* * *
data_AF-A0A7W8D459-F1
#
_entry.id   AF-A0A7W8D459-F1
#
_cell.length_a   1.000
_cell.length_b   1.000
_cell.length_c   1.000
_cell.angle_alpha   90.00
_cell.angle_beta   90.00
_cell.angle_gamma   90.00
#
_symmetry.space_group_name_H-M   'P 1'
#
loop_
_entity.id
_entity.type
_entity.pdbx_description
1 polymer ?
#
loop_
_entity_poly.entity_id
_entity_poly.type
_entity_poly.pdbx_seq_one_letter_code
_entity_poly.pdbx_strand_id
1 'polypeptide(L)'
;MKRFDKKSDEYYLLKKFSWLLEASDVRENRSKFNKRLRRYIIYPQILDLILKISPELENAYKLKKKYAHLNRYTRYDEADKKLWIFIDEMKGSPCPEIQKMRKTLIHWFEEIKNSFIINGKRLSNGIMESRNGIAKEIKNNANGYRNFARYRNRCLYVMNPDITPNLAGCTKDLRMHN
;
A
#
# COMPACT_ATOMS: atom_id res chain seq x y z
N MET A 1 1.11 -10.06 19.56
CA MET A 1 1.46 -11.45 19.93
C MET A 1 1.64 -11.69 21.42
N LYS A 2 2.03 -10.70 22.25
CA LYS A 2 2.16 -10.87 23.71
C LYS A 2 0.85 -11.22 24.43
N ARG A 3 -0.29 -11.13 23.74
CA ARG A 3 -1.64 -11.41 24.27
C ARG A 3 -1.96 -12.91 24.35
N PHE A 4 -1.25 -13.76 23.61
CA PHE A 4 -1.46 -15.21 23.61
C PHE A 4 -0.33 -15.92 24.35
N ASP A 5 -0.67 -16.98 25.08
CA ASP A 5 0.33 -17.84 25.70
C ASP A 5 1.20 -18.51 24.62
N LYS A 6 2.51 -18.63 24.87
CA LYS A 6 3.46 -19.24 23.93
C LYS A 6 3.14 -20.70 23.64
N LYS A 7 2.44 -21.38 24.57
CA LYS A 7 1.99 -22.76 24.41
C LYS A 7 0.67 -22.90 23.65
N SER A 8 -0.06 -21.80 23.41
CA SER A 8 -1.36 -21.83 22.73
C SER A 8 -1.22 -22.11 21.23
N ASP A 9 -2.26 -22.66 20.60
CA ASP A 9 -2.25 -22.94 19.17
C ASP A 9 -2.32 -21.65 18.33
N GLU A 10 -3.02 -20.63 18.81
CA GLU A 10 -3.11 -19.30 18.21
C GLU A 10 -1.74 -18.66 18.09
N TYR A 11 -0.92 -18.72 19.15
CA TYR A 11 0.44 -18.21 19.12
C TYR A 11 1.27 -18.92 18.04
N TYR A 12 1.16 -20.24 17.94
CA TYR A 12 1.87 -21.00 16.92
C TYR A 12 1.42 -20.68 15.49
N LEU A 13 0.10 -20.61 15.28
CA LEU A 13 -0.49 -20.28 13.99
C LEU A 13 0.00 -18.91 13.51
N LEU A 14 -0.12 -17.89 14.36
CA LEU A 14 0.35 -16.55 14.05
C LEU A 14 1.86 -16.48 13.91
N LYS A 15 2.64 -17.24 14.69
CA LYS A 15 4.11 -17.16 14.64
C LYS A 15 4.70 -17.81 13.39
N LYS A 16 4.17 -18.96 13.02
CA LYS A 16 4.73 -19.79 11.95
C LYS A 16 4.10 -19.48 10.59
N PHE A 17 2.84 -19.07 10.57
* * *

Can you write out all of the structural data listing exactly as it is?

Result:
data_AF-A0A7W8D459-F1
#
_entry.id   AF-A0A7W8D459-F1
#
_cell.length_a   1.000
_cell.length_b   1.000
_cell.length_c   1.000
_cell.angle_alpha   90.00
_cell.angle_beta   90.00
_cell.angle_gamma   90.00
#
_symmetry.space_group_name_H-M   'P 1'
#
loop_
_entity.id
_entity.type
_entity.pdbx_description
1 polymer ?
#
loop_
_entity_poly.entity_id
_entity_poly.type
_entity_poly.pdbx_seq_one_letter_code
_entity_poly.pdbx_strand_id
1 'polypeptide(L)'
;MKRFDKKSDEYYLLKKFSWLLEASDVRENRSKFNKRLRRYIIYPQILDLILKISPELENAYKLKKKYAHLNRYTRYDEADKKLWIFIDEMKGSPCPEIQKMRKTLIHWFEEIKNSFIINGKRLSNGIMESRNGIAKEIKNNANGYRNFARYRNRCLYVMNPDITPNLAGCTKDLRMHN
;
A
#
# COMPACT_ATOMS: atom_id res chain seq x y z
N MET A 1 1.11 -10.06 19.56
CA MET A 1 1.46 -11.45 19.93
C MET A 1 1.64 -11.69 21.42
N LYS A 2 2.03 -10.70 22.25
CA LYS A 2 2.16 -10.87 23.71
C LYS A 2 0.85 -11.22 24.43
N ARG A 3 -0.29 -11.13 23.74
CA ARG A 3 -1.64 -11.41 24.27
C ARG A 3 -1.96 -12.91 24.35
N PHE A 4 -1.25 -13.76 23.61
CA PHE A 4 -1.46 -15.21 23.61
C PHE A 4 -0.33 -15.92 24.35
N ASP A 5 -0.67 -16.98 25.08
CA ASP A 5 0.33 -17.84 25.70
C ASP A 5 1.20 -18.51 24.62
N LYS A 6 2.51 -18.63 24.87
CA LYS A 6 3.46 -19.24 23.93
C LYS A 6 3.14 -20.70 23.64
N LYS A 7 2.44 -21.38 24.57
CA LYS A 7 1.99 -22.76 24.41
C LYS A 7 0.67 -22.90 23.65
N SER A 8 -0.06 -21.80 23.41
CA SER A 8 -1.36 -21.83 22.73
C SER A 8 -1.22 -22.11 21.23
N ASP A 9 -2.26 -22.66 20.60
CA ASP A 9 -2.25 -22.94 19.17
C ASP A 9 -2.32 -21.65 18.33
N GLU A 10 -3.02 -20.63 18.81
CA GLU A 10 -3.11 -19.30 18.21
C GLU A 10 -1.74 -18.66 18.09
N TYR A 11 -0.92 -18.72 19.15
CA TYR A 11 0.44 -18.21 19.12
C TYR A 11 1.27 -18.92 18.04
N TYR A 12 1.16 -20.24 17.94
CA TYR A 12 1.87 -21.00 16.92
C TYR A 12 1.42 -20.68 15.49
N LEU A 13 0.10 -20.61 15.28
CA LEU A 13 -0.49 -20.28 13.99
C LEU A 13 0.00 -18.91 13.51
N LEU A 14 -0.12 -17.89 14.36
CA LEU A 14 0.35 -16.55 14.05
C LEU A 14 1.86 -16.48 13.91
N LYS A 15 2.64 -17.24 14.69
CA LYS A 15 4.11 -17.16 14.64
C LYS A 15 4.70 -17.81 13.39
N LYS A 16 4.17 -18.96 13.02
CA LYS A 16 4.73 -19.79 11.95
C LYS A 16 4.10 -19.48 10.59
N PHE A 17 2.84 -19.07 10.57